NFL wives feel increased pressure to look sexy for their husbands, particularly in public, and to make sure their husbands are sexually satisfied at home. Fans weigh in, even on draft day, about the appearances of players’ wives, good and bad, as if they know what an NFL wife should be. As a feminist, the idea of submission of any kind repulses me. But I learned that to be a “good NFL wife,” you have to give 100% of who you are to your husband. You cannot depend on him, particularly during the NFL season, but he should be able to depend on you—for everything.

Soon after marrying Craig, a veteran NFL wife told me that it was my job as Craig’s wife to give him sex any time he wanted it. “If you are saying no, there will be someone else saying yes,” she explained. She and her husband later divorced.

Another NFL wife told me, “I know that as his wife it is my job to submit to him sexually, but he asks for sex at least three times a day. My body is tired and I can’t perform that often. Besides, it seems like the more I have sex with him the more he wants sex. It just never ends."

In other instances wives complained that they don’t get enough sex from their husbands because during the season players are too tired and their bodies are too sore. “I stood in front of him with my shirt off, trying to attract his gaze from the television," one woman said. "He finally looked at me, but he only said, ‘Excuse me.’ I put my shirt back on and went to bed. Even though I wanted to have sex with him, I knew his need to rest should come first,” she said.

A typical NFL wife does not have the luxury of distributing household chores or negotiating the details of their relationships like many women in non-NFL relationships. Their job, instead, is to take care of their husbands. They protect his career by withholding any details that might be distracting. When wives share details that could be upsetting to their husbands, they feel a sense of guilt for having burdened him with their troubles.

My NFL Love Story, Part 2: The rules of being an NFL wife

An NFL wife explained, “We broke up once a couple of years ago because he thought that the added stress of a girlfriend was affecting his play on the field. So, I stayed away for a while during the season but then he was still playing poorly so we got back together. Eventually, things turned around and he played great again. Because I know he thinks about it, I try to do everything I can to make his life easier during the season and to make sure he’s playing well. I don’t want him to leave again because I’m making him play worse than he would without a girlfriend. I’m especially careful not to bother him the day or two before games. If I am really upset about something or if he really messed up, then I’ll save it for Monday or even Sunday night after the game. We don’t talk before the game after he leaves on Saturday, so that helps me keep it to myself. Then when I finally can get things off my chest he has time to process what I’ve said and we can work through it before the following game.”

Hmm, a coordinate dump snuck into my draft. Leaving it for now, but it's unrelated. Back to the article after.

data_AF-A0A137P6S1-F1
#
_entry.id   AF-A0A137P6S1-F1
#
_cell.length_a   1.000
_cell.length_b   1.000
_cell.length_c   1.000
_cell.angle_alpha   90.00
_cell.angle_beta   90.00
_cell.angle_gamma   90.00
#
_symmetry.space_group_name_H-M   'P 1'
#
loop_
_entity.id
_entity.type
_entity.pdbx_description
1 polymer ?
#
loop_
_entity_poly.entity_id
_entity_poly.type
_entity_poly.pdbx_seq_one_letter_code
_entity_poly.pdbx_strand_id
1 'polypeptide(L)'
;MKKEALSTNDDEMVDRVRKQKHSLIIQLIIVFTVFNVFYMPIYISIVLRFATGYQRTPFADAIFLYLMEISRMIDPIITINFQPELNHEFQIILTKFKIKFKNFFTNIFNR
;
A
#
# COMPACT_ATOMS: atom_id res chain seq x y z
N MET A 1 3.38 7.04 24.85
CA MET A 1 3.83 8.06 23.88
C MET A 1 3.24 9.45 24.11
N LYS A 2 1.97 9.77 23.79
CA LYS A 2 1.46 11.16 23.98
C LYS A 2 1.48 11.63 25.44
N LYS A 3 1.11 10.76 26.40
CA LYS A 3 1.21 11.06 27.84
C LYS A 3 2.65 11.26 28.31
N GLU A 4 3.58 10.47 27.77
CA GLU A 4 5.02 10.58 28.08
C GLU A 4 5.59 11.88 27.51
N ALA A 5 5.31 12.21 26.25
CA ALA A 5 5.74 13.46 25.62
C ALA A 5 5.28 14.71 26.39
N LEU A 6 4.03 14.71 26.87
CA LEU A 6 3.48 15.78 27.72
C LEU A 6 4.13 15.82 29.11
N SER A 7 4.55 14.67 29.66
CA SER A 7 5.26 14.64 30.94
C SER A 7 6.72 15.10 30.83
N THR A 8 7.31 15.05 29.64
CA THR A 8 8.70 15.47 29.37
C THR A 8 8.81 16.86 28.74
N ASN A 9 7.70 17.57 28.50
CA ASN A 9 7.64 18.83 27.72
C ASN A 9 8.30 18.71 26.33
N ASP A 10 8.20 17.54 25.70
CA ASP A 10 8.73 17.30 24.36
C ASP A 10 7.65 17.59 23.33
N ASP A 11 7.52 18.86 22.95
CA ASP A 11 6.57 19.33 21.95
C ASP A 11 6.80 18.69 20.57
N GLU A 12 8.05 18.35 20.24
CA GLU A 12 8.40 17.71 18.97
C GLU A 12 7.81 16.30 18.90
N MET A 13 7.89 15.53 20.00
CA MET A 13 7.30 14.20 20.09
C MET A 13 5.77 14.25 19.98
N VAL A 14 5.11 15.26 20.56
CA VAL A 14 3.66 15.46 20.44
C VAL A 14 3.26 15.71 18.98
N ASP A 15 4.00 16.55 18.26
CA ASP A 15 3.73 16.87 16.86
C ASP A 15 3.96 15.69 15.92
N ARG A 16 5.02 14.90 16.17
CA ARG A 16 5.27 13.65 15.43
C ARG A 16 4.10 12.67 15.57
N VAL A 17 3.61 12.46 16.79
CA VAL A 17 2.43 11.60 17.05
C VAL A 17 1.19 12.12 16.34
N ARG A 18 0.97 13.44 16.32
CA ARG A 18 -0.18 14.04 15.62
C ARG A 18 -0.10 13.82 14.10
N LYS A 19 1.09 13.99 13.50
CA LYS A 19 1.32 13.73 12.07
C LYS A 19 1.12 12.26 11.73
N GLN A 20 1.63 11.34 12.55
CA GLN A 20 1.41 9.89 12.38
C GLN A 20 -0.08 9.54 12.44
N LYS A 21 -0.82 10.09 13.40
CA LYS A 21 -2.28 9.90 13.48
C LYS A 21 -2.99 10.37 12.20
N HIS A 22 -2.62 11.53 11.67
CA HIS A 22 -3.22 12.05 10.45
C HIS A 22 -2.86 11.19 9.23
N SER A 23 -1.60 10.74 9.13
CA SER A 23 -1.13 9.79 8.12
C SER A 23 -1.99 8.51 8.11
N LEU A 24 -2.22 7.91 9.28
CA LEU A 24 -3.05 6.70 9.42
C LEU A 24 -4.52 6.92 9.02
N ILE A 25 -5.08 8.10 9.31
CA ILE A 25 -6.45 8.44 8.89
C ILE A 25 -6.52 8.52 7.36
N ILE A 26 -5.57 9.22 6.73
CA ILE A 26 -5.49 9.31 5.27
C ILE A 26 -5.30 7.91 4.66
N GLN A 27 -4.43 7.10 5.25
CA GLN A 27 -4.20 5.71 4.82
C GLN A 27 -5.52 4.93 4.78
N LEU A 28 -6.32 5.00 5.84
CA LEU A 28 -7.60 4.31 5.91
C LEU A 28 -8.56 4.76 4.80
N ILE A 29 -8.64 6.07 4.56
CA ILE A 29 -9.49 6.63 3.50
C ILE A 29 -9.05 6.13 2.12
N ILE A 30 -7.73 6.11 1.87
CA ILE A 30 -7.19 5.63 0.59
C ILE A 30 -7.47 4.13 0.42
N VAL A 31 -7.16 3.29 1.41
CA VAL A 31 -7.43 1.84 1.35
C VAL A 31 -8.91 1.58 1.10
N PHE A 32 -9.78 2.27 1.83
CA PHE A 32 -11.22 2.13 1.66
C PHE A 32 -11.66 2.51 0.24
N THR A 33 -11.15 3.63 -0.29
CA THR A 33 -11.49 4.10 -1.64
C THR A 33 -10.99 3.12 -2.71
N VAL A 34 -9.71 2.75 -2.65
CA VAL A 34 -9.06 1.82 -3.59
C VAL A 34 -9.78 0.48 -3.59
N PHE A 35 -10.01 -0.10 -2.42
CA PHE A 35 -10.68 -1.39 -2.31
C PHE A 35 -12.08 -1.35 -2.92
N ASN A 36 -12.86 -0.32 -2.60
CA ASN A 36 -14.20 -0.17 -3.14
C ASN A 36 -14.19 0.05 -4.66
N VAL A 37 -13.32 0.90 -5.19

The NFL dominates in times of disharmony, too. The season is busy, so the idea of burdening an NFL player with problems, including problems so severe that you want to leave the relationship, would be irrational and could cause him to play poorly. Even NFL wives who don’t like their husbands don’t want them to play poorly. Poor play could mean he gets cut.  If he gets cut, the checks stop. Likewise, divorcing before the NFL season ends could be costly. With a rookie minimum salary in 2016 of $450,000, paid out over 17 weeks, a rookie will earn $26,000 each week. If an NFL wife who wants a divorce will get 50% of what he’s earned, choosing to stay until the season is over could be worth hundreds of thousands of dollars.

Before I moved to Seattle with Craig, I sat down to interview the only NFL wife I knew, Anne. She disclosed the intricacies and hardships of her marriage with a former NFL player, which ended in divorce. Her story was frightening, disheartening, and sad. Our conversation reiterated what I had learned about professional sports wives from the research literature: These women struggle to maintain an individual identity in the hyper-masculine culture of male professional sports, fearing infidelity, and feeling trapped in a socially isolating and restricted world. In my relationship with Craig, I had never consciously feared adultery, social isolation, or a lack of identity. Part of my impetus for my studies was to find out for myself, first hand, whether the previous researchers’ conclusions matched the lived realities of current NFL wives. Was Craig destined to turn out like Anne’s ex-husband who was a drug addict and stole money from his family that he used on drugs and failed businesses? Would my story someday read like Anne’s? I wanted to get inside NFL relationships, including my own. Frankly, I realize now that I wanted to prove the others wrong, but I had to remain open to the possibility that they could be right. Over a decade later, I'm happy to say that my marriage never took that dark turn I feared, but at the same time, I've seen clearly that the horror stories of the past are not far-fetched fables either.

Rachel Terrill holds a Ph.D. in communication from the University of South Florida. She teaches at Purdue and Northwest University. Find her work at, and via @drrachel143.